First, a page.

Tag: bastrop wildfire claims

Texas & Bastrop Wildfires Claims Part 3 – Cost of Clean Up & Additional Living Expenses

Bastrop Wildfire Claims: Cost of Clean Up & Additional Living Expenses

I spent last week meeting with property owners in the Bastrop area who are dealing with the aftermath of the horrible fires that dealt a blow to not only their personal financial condition, but also to the hearts of those who live there. In several meetings I noticed how emotions would seem to overtake those who spoke about the ordeal. However, Bastrop citizens are like a lot like other small town Texans in that they choose to pick up a shovel and start rebuilding their lives. This blog post will help provide insurance policy claim information related to the Texas and Bastrop Wildfire insurance claims.

Although FEMA employees seem to outnumber the entire population of Bastrop right now, being self-sufficient Texans the Bastrop citizens seem to be taking the bull by the horns, cleaning up, and taking care of themselves. I wonder if FEMA has lacked in applicants for assistance in Bastrop, because I noticed the following link on my email–(http://www.fema.gov/news/newsrelease.fema?id=57985). The link seems to be encouraging people to sign up even if they are concerned that they may not qualify. Sorry FEMA, but being a native Texan I can tell you that we are not like other places, and you will find few of us sitting on the curb waiting for the federal government to rescue us. Witnessing the “pull yourself up by the bootstraps” mentality has been an inspiration to me over the last week.

With all the discussion of clean up and living assistance for those with damaged homes, two insurance policy conditions come to mind for me. The first policy condition I am referring to is called “debris removal”. Whether you know it or not, your insurance policy likely has a provision to cover removal of debris that is a result of this fire. This will typically cover the demolition and removal of the burned structures on your property and may cover some of the trees involved if they have fallen on, or affected the structure. The amount you are entitled to is typically 10% of your main dwelling coverage limit. So for example if you carried $200K on your home’s main structure, then you likely have access to $20,000 in order to clean up. While many well intentioned folks have gathered fellow church members and friends to get to work with shovels in hand, I have some good news and bad news.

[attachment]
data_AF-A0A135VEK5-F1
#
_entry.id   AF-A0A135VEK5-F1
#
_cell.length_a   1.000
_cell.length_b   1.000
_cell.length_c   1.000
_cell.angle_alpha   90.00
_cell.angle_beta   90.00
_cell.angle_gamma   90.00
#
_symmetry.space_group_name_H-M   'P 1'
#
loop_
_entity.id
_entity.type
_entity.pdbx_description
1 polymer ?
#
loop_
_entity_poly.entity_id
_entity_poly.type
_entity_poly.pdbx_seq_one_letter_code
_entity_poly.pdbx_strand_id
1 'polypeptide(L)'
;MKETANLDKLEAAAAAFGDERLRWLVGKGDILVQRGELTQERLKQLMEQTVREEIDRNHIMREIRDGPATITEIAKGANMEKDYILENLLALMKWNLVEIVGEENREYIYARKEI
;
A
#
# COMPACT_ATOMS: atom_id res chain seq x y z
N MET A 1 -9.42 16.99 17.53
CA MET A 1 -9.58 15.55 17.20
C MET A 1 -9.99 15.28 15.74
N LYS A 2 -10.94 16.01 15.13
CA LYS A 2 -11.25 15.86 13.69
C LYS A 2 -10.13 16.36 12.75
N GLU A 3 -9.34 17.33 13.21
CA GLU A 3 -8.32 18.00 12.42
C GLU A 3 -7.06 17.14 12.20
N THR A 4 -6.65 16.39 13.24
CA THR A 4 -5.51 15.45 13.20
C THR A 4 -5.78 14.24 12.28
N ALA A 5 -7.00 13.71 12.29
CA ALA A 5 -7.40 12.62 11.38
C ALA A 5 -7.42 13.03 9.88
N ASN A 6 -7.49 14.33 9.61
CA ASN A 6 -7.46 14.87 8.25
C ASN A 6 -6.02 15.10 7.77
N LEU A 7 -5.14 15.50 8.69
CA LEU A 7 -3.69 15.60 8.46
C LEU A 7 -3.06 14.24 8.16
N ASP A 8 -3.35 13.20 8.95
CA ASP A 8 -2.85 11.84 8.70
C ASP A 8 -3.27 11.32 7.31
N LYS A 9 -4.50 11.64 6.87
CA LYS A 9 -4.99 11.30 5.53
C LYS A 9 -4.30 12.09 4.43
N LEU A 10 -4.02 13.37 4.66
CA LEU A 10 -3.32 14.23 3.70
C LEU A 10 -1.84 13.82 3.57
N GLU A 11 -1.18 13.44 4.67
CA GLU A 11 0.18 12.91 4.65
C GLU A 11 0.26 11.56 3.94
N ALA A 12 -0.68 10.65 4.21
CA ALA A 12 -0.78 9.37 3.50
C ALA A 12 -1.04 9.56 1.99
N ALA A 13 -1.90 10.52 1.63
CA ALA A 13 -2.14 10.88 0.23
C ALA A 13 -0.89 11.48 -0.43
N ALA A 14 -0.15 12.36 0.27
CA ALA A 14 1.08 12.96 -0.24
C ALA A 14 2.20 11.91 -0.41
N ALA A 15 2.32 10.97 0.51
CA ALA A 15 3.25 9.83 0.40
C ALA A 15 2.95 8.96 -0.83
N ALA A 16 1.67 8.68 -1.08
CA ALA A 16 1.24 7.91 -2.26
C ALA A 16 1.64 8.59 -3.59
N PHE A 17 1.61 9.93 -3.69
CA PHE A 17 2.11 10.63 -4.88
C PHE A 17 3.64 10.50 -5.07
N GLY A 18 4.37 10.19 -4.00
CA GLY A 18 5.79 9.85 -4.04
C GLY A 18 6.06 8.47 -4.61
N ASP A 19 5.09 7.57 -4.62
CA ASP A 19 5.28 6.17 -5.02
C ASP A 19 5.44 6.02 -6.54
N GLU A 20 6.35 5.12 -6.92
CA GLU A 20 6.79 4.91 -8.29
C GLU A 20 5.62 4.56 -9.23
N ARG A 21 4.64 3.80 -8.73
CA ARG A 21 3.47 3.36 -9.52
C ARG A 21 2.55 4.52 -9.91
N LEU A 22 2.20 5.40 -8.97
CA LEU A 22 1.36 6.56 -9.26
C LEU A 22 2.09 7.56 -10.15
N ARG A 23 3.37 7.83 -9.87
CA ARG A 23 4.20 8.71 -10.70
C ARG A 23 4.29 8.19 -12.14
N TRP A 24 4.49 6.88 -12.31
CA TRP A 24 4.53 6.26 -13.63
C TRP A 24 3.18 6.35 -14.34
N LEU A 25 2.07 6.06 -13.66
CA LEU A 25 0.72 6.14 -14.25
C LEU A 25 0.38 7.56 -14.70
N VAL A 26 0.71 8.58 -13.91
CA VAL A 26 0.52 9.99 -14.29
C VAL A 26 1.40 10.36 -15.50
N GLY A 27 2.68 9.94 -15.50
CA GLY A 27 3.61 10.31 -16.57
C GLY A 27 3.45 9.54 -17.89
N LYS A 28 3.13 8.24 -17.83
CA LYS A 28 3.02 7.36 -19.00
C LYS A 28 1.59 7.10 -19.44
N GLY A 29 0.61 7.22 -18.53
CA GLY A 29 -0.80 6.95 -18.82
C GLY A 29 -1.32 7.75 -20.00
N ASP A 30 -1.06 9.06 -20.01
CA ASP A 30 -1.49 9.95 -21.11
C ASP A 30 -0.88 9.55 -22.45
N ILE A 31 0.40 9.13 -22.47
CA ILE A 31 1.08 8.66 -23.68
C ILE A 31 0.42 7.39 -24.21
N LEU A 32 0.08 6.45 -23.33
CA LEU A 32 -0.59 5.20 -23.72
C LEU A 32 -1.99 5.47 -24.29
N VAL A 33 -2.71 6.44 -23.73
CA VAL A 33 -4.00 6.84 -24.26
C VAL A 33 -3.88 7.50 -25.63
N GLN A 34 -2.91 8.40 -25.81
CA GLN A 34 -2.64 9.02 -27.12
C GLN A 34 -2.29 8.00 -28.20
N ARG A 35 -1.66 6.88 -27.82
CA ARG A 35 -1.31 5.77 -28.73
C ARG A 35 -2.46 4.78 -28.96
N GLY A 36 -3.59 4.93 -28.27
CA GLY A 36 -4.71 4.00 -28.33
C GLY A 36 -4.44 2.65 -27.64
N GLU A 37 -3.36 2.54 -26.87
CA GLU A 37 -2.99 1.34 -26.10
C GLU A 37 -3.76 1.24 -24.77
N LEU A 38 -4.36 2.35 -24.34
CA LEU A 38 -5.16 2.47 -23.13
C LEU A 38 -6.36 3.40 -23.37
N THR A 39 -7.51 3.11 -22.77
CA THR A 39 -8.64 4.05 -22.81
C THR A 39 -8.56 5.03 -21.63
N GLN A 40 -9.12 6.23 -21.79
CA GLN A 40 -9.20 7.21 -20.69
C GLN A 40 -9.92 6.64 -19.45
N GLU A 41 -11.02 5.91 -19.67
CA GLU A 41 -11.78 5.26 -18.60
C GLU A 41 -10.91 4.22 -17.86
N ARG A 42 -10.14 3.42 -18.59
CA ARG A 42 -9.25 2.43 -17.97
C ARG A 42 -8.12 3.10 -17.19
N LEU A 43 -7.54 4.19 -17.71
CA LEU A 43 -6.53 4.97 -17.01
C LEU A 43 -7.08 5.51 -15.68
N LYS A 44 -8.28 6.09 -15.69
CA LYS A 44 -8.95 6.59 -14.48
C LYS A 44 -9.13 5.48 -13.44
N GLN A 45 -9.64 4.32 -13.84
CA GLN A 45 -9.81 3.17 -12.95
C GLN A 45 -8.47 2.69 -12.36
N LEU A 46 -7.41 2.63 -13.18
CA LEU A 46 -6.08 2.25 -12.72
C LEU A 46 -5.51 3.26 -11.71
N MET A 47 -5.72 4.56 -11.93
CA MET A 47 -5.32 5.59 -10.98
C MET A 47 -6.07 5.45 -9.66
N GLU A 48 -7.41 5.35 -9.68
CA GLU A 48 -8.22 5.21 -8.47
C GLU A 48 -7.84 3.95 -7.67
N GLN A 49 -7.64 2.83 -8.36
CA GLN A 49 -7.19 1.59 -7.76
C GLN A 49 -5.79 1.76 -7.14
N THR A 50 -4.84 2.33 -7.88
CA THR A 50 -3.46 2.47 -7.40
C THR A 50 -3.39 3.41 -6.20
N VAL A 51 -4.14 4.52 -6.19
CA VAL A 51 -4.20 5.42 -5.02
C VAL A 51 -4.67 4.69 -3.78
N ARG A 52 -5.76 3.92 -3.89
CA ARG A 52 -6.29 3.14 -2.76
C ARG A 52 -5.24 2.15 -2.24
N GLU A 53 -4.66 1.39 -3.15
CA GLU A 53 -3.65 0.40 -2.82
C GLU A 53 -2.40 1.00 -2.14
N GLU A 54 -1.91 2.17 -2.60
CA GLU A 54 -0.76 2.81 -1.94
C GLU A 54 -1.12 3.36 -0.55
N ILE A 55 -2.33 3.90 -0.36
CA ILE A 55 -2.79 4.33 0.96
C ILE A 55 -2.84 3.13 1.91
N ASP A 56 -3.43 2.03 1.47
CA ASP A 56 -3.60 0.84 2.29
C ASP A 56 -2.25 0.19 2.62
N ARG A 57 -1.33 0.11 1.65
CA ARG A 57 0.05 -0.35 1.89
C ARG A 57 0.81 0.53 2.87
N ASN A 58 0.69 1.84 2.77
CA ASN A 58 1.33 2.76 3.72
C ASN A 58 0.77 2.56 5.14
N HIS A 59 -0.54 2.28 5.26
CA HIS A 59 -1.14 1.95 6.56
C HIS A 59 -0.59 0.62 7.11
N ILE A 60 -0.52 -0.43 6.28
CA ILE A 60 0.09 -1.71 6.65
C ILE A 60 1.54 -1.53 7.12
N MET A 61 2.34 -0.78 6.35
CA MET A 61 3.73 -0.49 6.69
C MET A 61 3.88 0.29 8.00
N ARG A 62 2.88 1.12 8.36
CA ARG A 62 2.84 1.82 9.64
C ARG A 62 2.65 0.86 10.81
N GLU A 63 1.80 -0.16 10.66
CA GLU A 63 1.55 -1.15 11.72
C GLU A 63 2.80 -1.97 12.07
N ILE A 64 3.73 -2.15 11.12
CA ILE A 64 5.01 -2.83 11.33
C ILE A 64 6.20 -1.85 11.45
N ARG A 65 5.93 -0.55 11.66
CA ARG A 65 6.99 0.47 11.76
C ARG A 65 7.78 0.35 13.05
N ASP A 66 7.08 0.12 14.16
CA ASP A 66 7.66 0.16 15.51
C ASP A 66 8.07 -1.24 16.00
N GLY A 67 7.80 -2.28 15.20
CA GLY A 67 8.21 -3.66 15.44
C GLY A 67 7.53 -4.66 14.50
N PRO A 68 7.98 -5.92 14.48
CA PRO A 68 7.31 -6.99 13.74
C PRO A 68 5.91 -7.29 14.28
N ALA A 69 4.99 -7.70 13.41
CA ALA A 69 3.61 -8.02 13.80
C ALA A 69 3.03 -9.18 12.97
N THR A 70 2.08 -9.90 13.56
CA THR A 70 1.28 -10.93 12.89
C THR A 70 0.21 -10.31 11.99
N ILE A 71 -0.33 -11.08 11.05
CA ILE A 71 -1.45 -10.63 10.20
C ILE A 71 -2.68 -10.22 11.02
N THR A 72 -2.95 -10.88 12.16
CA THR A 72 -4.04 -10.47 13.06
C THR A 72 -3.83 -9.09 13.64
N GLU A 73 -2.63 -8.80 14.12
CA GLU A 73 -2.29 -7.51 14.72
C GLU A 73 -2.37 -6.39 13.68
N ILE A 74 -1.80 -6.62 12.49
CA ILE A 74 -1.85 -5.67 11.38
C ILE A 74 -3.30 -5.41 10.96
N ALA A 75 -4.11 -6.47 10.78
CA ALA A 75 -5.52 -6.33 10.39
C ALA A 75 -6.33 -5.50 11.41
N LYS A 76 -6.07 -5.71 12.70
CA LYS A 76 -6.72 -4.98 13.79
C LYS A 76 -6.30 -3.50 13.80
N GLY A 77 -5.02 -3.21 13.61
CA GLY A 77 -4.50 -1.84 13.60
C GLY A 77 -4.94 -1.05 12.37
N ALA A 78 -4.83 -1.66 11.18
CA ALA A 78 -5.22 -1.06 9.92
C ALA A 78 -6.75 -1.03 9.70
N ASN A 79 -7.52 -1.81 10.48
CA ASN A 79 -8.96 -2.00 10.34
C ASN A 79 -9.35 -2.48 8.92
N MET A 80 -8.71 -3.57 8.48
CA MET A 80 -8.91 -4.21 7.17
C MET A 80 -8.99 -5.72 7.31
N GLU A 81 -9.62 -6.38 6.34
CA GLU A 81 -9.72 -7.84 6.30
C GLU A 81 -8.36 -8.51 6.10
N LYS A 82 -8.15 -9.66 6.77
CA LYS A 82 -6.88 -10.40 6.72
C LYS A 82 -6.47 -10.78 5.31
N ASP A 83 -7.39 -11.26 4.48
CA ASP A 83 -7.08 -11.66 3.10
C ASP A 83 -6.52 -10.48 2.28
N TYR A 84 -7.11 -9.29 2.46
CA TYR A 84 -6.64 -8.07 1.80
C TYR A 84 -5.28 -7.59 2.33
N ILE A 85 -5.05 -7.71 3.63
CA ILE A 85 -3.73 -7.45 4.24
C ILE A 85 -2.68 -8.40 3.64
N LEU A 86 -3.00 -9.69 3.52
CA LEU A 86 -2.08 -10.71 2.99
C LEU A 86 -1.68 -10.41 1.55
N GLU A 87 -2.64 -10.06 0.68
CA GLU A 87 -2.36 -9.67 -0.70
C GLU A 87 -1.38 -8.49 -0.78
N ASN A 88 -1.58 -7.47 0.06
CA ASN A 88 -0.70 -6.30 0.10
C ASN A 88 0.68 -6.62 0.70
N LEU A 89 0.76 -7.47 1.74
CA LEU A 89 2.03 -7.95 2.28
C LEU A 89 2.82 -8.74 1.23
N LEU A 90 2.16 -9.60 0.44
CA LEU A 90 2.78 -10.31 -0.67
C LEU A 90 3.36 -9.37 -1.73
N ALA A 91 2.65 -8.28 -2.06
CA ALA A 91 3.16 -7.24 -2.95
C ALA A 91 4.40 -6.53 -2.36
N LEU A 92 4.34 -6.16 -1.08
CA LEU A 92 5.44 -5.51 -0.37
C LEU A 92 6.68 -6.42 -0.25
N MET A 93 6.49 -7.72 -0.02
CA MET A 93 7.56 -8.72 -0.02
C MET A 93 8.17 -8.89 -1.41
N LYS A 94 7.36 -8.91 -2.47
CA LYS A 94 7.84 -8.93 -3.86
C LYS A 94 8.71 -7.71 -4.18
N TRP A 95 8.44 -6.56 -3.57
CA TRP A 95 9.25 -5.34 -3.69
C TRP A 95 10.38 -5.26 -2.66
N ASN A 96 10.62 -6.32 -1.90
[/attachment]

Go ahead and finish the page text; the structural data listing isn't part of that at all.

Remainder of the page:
The good news is that if you hire someone to perform debris removal and you have the coverage, the cost is likely covered and you are free to spend your time in other pursuits. The bad news is that if you do the work yourself, most policies have a clause that allows you only minimum wage or some other grossly minimal pay for your time. By doing the work yourself you are giving your insurer a break from what they justifiably owe you. My advice is to look at your policy carefully to see if you have debris removal coverage before doing any work. If you do, find a reputable local demolition contractor who can do the cleanup and let them get to work as soon as your insurer has inspected the property.

The second policy condition I am referring to is ALE or additional living expenses. This coverage is for the additional expenses you incur over and above your normal living expenses while out of your home. To be paid, these must be incurred and you are entitled to assume equal living conditions to what you had prior to the fire.

Additional items that are covered under this coverage can be the cost differential to eat out now that you cannot prepare food at home, any additional travel expenses you incur to travel longer distances to school and work, dry cleaning now that you cannot launder your own clothes and any other costs you incur as a result of being displaced from your home. Like other coverage, ALE usually has limited coverage amounts that are specified as a percentage of your dwelling policy limit or as an incurred time line to make repairs or rebuild. ALE limits are often 10% to 25% of your dwelling limit amount or up to 1 year incurred to rebuild or repair. Read your policy carefully and make sure that you understand this coverage before you end up blindsided and out of money to live.